Investing in property is a very popular way for Australians to take control of their financial future. Creating a property portfolio is a great way to get ahead, and can really pay dividends provided your purchases are based on solid research and careful planning.
Here are just a few tips for purchasing an investment property:
Do your sums
Look before you leap. It’s all well and good to have a grand plan of the property mogul you’ll become, but if you don’t do your sums correctly your reign will be short-lived at best, and downright stressful or catastrophic at worst.
While property is often a long-term strategy, you’ll need to afford the repayments and associated costs in the short to medium-term. Consider the annual cost after factoring in tax, rates, interest and rental return, and break down to a weekly sum.
Once you establish the weekly amount you’ll be out of pocket, consider what this means to you. It might be the difference between living comfortably, and living with no fat to skin. While many people will happily give up their daily coffee in exchange for investment repayments, for others, this is a caffeine-free fate they’d rather not consider.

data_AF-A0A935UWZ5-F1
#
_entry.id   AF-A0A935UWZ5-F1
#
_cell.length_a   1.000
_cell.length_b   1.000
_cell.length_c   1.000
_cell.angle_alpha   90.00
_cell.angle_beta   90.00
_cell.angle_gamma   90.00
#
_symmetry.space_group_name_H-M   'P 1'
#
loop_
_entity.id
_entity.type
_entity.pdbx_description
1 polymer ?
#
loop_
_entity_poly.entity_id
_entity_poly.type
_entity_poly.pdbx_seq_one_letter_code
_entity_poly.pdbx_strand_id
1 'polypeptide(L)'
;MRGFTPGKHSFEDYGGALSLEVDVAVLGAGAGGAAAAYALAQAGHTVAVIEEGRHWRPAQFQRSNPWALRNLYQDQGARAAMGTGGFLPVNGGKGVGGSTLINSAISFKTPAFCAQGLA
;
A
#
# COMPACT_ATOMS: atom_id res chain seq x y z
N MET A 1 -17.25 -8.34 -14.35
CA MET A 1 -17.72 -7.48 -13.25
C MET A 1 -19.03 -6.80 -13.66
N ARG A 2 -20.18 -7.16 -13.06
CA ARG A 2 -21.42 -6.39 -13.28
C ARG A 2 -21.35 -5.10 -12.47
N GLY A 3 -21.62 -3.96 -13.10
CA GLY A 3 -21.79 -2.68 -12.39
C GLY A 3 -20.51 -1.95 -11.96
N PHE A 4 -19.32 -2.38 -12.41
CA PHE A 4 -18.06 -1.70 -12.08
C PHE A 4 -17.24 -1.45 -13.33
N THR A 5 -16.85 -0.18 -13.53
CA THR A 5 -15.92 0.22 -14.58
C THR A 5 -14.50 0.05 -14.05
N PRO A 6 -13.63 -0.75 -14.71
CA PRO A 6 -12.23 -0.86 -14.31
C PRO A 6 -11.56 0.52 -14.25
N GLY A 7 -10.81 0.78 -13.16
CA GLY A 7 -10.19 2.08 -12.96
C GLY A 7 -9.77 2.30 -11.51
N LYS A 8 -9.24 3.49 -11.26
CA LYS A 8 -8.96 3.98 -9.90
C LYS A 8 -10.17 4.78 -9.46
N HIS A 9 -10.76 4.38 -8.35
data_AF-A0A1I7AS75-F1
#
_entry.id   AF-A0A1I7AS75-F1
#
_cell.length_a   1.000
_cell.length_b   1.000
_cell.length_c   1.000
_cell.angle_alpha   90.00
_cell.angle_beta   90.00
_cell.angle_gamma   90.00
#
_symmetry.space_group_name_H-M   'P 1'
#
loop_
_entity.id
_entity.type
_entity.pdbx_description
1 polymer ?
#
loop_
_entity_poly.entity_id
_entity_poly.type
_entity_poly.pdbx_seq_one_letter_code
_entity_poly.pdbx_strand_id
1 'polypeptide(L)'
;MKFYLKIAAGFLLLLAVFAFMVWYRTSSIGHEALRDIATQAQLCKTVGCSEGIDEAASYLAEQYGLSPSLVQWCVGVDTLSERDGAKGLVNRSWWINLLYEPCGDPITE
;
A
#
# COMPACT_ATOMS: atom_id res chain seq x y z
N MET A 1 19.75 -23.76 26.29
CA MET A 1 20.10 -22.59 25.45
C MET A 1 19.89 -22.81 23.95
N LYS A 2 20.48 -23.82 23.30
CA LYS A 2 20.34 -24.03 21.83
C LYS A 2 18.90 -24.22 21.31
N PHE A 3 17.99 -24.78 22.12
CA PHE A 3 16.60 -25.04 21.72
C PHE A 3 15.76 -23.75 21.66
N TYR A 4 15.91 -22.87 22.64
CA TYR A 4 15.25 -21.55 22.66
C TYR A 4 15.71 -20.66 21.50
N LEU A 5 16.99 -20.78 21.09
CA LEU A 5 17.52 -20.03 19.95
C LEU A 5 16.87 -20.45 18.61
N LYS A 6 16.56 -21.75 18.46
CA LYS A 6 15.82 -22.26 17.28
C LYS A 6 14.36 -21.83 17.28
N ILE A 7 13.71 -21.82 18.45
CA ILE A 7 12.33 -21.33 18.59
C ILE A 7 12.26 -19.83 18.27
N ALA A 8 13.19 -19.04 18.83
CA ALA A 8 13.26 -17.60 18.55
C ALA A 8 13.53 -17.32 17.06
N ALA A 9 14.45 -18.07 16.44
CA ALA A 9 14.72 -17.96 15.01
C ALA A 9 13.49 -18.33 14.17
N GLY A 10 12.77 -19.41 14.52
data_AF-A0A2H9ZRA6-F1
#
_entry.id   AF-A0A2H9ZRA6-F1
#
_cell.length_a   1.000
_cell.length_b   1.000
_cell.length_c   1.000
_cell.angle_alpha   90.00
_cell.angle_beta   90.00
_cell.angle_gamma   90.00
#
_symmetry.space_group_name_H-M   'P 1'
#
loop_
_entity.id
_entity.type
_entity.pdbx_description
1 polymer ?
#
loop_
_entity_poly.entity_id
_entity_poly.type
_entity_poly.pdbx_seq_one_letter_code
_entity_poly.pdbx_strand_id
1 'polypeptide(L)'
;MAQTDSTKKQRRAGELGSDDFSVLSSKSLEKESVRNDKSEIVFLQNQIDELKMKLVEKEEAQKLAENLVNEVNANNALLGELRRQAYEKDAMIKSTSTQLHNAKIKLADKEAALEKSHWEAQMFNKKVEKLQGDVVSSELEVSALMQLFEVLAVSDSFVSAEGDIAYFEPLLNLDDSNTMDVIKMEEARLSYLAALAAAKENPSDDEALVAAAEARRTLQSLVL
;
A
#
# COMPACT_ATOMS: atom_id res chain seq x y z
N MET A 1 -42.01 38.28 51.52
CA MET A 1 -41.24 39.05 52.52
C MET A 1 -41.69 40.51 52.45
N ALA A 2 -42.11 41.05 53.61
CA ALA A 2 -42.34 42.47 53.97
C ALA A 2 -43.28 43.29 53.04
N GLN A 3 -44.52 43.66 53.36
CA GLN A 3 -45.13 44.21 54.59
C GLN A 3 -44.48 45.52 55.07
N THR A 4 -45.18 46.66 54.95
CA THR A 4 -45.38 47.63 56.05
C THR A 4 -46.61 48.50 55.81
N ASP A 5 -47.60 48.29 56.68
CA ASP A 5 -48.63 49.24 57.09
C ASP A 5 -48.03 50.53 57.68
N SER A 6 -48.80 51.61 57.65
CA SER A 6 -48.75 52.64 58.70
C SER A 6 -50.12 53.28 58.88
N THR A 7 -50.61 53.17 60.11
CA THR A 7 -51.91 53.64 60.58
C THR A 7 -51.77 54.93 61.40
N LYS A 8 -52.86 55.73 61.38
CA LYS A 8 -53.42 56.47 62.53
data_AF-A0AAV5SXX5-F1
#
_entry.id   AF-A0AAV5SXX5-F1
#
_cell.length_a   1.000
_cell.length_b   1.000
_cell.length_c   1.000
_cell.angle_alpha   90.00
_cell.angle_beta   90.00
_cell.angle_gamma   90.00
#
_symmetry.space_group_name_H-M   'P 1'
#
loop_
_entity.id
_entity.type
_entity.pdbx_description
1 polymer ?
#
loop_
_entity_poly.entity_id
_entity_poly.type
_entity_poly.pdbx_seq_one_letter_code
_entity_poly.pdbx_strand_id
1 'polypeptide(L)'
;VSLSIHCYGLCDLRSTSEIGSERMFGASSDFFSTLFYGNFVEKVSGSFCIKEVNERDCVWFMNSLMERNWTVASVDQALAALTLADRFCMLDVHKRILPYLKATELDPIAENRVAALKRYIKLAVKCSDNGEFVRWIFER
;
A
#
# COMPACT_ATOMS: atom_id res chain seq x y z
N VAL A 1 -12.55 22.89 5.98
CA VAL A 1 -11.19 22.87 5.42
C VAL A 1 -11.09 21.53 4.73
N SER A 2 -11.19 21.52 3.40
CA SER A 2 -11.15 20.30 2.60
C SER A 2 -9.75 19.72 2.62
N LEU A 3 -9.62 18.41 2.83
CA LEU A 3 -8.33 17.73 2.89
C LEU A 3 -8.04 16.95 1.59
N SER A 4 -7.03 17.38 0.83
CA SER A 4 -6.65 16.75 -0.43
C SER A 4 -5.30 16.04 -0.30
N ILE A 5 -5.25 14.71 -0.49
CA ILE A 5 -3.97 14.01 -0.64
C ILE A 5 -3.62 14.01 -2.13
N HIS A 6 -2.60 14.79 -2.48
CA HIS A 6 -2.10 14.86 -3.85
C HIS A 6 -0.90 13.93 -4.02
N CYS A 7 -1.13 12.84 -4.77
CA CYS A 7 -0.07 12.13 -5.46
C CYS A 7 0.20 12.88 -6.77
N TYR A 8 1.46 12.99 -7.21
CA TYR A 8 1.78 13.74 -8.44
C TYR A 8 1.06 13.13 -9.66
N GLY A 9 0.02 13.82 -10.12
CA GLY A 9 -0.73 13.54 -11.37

It’s important to lay all your cards on the table so you know exactly where you stand now financially, and how your new investment will affect your current lifestyle.
Understand the market and your investment area
If you’re hankering after an investment property in a certain area, it pays to do some research into the rental demand and sales data for that suburb. Talk to property agents, read data history on specialist websites and keep an eye on current sales in the area.
Consider the demographic of residents in the area, and what changes the local council has in store in terms of infrastructure and improvements. Is there a government school with high demand for enrolment? These kinds of things can really impact property prices and rental demand.
Be flexible and reap the rewards
If you feel like you might be priced out of your desired area, consider adjusting your mindset and buying in the next suburb out. Often when a suburb or region is experiencing fast growth and rapid gentrification, there is a more affordable option just around the corner. This means you can look forward to future growth, instead of buying at the peak of a boom.
Investigate the best financial approach
Talk to a qualified financial planner to discuss the tax ramifications of plunging into an investment property. You’ll also want to weigh up the advantages of using equity from your principal residence, what size deposit you will need and the cost of legal conveyance services.
Financial experts, accountants and property managers are essential people to consult when you’re considering a property investment. They deal with investments every single day, and are well versed in what works and what doesn’t.
Research, research and more research is what successful investors have in common with each other, but it’s important to trust your gut also. Provided you can combine an astute blend of your own instinct and well-founded research, you too can secure your financial future and start a high performing portfolio.